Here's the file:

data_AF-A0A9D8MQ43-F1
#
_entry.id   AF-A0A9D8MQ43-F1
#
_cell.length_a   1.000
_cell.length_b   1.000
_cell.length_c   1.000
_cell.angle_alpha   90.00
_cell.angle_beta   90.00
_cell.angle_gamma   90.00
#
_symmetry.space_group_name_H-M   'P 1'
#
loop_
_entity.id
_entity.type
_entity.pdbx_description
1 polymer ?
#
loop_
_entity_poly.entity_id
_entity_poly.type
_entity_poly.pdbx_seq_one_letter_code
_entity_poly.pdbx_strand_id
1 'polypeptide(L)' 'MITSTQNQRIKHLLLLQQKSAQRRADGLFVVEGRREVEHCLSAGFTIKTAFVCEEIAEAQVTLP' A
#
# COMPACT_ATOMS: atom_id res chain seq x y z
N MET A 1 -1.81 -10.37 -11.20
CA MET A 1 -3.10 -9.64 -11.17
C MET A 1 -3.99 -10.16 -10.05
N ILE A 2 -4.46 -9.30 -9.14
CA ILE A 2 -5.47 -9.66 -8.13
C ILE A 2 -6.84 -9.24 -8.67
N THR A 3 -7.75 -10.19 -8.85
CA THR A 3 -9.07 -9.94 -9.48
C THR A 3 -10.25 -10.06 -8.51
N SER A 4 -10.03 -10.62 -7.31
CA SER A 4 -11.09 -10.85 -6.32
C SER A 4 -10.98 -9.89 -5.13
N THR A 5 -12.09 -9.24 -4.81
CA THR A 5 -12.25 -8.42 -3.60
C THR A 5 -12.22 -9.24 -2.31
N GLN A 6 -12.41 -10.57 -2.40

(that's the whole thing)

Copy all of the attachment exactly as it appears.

data_AF-A0A9D8MQ43-F1
#
_entry.id   AF-A0A9D8MQ43-F1
#
_cell.length_a   1.000
_cell.length_b   1.000
_cell.length_c   1.000
_cell.angle_alpha   90.00
_cell.angle_beta   90.00
_cell.angle_gamma   90.00
#
_symmetry.space_group_name_H-M   'P 1'
#
loop_
_entity.id
_entity.type
_entity.pdbx_description
1 polymer ?
#
loop_
_entity_poly.entity_id
_entity_poly.type
_entity_poly.pdbx_seq_one_letter_code
_entity_poly.pdbx_strand_id
1 'polypeptide(L)' 'MITSTQNQRIKHLLLLQQKSAQRRADGLFVVEGRREVEHCLSAGFTIKTAFVCEEIAEAQVTLP' A
#
# COMPACT_ATOMS: atom_id res chain seq x y z
N MET A 1 -1.81 -10.37 -11.20
CA MET A 1 -3.10 -9.64 -11.17
C MET A 1 -3.99 -10.16 -10.05
N ILE A 2 -4.46 -9.30 -9.14
CA ILE A 2 -5.47 -9.66 -8.13
C ILE A 2 -6.84 -9.24 -8.67
N THR A 3 -7.75 -10.19 -8.85
CA THR A 3 -9.07 -9.94 -9.48
C THR A 3 -10.25 -10.06 -8.51
N SER A 4 -10.03 -10.62 -7.31
CA SER A 4 -11.09 -10.85 -6.32
C SER A 4 -10.98 -9.89 -5.13
N THR A 5 -12.09 -9.24 -4.81
CA THR A 5 -12.25 -8.42 -3.60
C THR A 5 -12.22 -9.24 -2.31
N GLN A 6 -12.41 -10.57 -2.40